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John Wayne: Early Western Collection [2 Discs] [DVD]
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$6.99
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Overview

Special Features

  • Bonus documentary: a retrospective tribute celebrating John Wayne's illustrious career and personal achievements.

Synopsis

The Range Feud
Buck Jones is supported by a very young John Wayne in this fine Western from his early years at Columbia Pictures. They play stepbrothers involved in a feud between the Turners and the Waltons. Clint Turner (Wayne) is forbidden to visit Judy Walton (Susan Fleming) by her father, John (Edward J. LeSaint). He does so anyway and is conveniently blamed for old man Walton's murder. Forced to arrest his stepbrother, Sheriff Buck Gordon (Jones) decides to investigate the real reason for the feud. After being shot and wounded by a mysterious figure, Buck discovers that a cattle rustler, Vandall (Harry Woods), is stirring up the bad blood between the families for his own nefarious purposes. When Vandall is proven guilty of Walton's murder, the feud comes to a peaceful end and Clint and Judy are reunited. While Wayne disliked working with Tim McCoy, another Columbia Western star, he came to admire the amiable Jones, a friendship that lasted until Jones' death. Range Feud was unofficially remade by Jones as The Red Rider (1934), a 15-chapter Universal serial featuring Grant Withers as the stepbrother falsely accused of murder. ~ Hans J. Wollstein, Rovi

Angel and the Badman
One of John Wayne's most mystical films, Angel and the Badman is also the first production that Wayne personally produced. The star plays a wounded outlaw who is sheltered by a Quaker family. Attracted to the family's angelic daughter Gail Russell, the hard-bitten Wayne undergoes a slow and subtle character transformation; still, he is obsessed with killing the man (Bruce Cabot) who murdered his foster father. The storyline traces not only the regeneration of Wayne, but of the single-minded sheriff (Harry Carey) who'd previously been determined to bring Wayne to justice. Not a big hit in 1947, Angel and the Badman has since become the most frequently telecast of John Wayne's Republic films, thanks to its lapse into Public Domain status in 1974. ~ Hal Erickson, Rovi

Two-Fisted Law
Penned by prolific pulp writer William Colt MacDonald, this Tim McCoy Columbia Western may have been the forerunner of McDonald's later so popular The Three Mesqueteers. John Wayne, whose character is named, appropriately, Duke, and Wallace MacDonald (no relation to William Colt) play McCoy's loyal ranch hands, and although they remain in the background for part of the action, the germ of the triad hero is there. Tim plays a rancher losing his property to a crooked money-lender turned cattle rustler (Wheeler Oakman). The dastardly villain is in league with a sheriff's deputy (Walter Brennan) and together they rob the Wells Fargo. There is a final shootout and the dying deputy confesses to both the Wells Fargo heist and to the fact that Tim's ranch was illegally obtained. Wayne, who didn't get along with McCoy and had several rows with studio czar Harry Cohn, swore that he would never again work for Columbia, a promise he kept. ~ Hans J. Wollstein, Rovi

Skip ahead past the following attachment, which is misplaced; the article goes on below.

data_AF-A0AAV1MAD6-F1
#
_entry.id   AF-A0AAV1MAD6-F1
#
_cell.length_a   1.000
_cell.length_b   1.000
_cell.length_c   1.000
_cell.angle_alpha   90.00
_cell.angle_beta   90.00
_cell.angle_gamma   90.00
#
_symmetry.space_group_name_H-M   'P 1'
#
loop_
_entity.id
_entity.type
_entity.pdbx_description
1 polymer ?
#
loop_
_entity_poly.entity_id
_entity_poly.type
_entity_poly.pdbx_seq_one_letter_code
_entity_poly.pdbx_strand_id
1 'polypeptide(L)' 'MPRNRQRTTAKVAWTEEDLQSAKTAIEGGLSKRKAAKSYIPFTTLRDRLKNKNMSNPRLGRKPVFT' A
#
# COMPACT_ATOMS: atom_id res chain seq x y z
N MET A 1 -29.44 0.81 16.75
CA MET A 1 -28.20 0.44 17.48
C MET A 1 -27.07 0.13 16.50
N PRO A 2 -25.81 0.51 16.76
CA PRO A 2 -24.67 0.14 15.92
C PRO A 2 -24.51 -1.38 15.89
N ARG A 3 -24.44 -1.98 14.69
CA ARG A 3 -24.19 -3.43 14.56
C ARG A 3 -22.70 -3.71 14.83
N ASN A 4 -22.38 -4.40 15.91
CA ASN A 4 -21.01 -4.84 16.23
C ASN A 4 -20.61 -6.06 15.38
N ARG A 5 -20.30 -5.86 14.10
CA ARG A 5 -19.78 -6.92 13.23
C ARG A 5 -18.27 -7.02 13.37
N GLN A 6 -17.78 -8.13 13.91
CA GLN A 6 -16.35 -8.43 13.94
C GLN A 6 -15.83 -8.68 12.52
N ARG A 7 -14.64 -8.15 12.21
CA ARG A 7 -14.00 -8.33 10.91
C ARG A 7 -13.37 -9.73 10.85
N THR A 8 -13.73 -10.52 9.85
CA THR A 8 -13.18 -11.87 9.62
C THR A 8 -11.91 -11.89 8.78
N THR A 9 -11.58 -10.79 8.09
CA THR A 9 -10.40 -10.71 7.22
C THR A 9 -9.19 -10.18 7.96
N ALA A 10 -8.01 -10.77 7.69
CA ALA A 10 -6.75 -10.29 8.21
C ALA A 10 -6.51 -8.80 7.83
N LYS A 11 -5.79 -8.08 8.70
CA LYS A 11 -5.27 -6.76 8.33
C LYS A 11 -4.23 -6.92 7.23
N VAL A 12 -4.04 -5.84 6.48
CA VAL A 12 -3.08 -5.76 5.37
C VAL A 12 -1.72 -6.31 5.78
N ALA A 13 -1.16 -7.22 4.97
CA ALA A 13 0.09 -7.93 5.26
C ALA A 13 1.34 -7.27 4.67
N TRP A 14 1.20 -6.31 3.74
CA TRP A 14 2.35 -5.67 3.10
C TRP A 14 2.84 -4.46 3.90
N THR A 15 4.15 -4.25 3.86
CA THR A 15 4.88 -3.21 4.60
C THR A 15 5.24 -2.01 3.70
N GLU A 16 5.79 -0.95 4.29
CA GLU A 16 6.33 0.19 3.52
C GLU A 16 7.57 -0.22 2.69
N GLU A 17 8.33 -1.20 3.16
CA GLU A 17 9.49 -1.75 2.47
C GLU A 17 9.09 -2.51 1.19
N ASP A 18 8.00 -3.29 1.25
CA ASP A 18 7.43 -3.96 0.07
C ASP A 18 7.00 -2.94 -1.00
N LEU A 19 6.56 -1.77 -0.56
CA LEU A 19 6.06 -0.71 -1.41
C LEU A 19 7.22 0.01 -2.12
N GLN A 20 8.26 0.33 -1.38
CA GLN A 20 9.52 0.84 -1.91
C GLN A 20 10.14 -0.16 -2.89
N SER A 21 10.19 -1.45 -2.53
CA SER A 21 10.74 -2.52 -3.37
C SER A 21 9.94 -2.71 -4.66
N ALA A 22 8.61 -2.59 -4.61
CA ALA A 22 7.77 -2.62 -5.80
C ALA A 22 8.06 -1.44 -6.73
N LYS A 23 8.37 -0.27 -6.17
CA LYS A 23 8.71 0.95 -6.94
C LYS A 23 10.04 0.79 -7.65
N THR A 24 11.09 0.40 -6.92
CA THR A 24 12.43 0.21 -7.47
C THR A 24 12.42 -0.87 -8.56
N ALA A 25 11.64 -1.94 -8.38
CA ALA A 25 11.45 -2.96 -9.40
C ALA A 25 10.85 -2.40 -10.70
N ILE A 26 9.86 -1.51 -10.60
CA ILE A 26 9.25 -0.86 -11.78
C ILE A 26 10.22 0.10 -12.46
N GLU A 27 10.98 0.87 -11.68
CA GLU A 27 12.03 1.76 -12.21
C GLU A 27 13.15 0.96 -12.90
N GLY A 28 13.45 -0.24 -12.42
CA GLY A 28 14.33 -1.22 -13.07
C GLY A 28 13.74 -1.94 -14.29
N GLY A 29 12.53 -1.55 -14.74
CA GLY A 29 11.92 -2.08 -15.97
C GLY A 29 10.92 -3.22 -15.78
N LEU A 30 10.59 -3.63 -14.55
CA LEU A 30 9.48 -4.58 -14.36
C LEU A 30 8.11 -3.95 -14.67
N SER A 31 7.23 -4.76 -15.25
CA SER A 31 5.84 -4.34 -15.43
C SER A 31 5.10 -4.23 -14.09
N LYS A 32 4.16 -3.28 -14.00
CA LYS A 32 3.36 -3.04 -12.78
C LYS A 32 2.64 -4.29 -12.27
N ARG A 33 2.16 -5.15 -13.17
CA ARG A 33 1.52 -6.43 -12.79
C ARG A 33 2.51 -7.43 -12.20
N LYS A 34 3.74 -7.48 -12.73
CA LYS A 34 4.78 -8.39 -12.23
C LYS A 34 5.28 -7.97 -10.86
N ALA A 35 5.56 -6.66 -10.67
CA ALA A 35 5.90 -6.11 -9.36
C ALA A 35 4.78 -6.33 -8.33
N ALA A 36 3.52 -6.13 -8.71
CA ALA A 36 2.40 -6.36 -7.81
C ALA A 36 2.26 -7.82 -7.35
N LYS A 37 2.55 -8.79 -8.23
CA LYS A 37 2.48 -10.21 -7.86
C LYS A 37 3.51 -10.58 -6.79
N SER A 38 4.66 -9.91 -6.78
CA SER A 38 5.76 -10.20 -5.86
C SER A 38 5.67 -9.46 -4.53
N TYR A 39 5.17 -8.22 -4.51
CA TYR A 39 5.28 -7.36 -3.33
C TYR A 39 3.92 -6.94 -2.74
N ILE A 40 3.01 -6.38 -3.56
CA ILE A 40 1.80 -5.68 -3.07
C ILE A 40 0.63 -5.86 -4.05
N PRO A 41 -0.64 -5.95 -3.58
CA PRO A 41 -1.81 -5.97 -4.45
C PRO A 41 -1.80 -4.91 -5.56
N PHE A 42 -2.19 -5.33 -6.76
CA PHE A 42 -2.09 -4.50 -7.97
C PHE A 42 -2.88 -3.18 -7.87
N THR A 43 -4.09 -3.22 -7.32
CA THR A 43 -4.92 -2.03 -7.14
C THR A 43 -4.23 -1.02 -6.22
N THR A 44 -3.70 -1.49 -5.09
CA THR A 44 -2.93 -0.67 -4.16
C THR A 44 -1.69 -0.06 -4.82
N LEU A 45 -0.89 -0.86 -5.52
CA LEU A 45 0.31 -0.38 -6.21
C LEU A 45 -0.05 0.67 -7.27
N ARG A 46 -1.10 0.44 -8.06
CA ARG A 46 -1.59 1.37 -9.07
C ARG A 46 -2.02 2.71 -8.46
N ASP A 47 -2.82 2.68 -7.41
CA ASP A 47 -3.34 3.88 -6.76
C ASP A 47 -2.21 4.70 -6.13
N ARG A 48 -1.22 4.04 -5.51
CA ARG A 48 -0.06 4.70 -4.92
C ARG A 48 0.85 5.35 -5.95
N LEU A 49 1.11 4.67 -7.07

Texas Cyclone
In this his first Western of 1932, Tim McCoy is supported by a young John Wayne. Learning that he is a dead ringer for rancher Jim Rawlins, drifter Texas Grant (McCoy) agrees to keep up the charade in order to scare off a gang of rustlers that has been terrorizing the area. The missing man's wife, Helena (Shirley Grey in the second of four appearances opposite McCoy), at first believes Texas to be her husband but when learning otherwise agrees to keep his real identity hidden. Helena has been having trouble with Utah Becker (Wheeler Oakman), the owner of the Red Dog Saloon, who is secretly employing a majority of the Rawlins' cow hands. Texas, as Jim Rawlins, has the crooks thrown off the property, keeping only Steve, who has remained loyal to Helena throughout. When Becker learns of the newcomer's real identity, he accuses the cowboy of taking advantage of Helena and challenges him to a gunfight at dawn. The saloon owner hedges his bets, however, by having Nick hide in ambush, but both men are killed and Texas wounded. Nursed back to health by Helena, Texas reveals that he is indeed Jim Rawlins, a victim of amnesia caused by an earlier scuffle with Becker. Rotund Vernon Dent, later a popular villain in Three Stooges two-reelers, appeared in this film as Hefty, the bartender, a role he would re-create in future McCoy Westerns. Young John Wayne would also reappear in a future McCoy Western, Two Fisted Law (1932), in both instances playing characters sympathetic to Tim. Offscreen, Wayne and McCoy were less friendly, the former finding the latter morose and distant. ~ Hans J. Wollstein, Rovi

Cast & Crew

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    Buck Jones - Sheriff Buck Gordon
  • John Wayne
    John Wayne - Clint Turner
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    Susan Fleming - Judy Walton
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    Edward J. Le Saint - John Walton
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    William Walling - Dad Turner
Product images, including color, may differ from actual product appearance.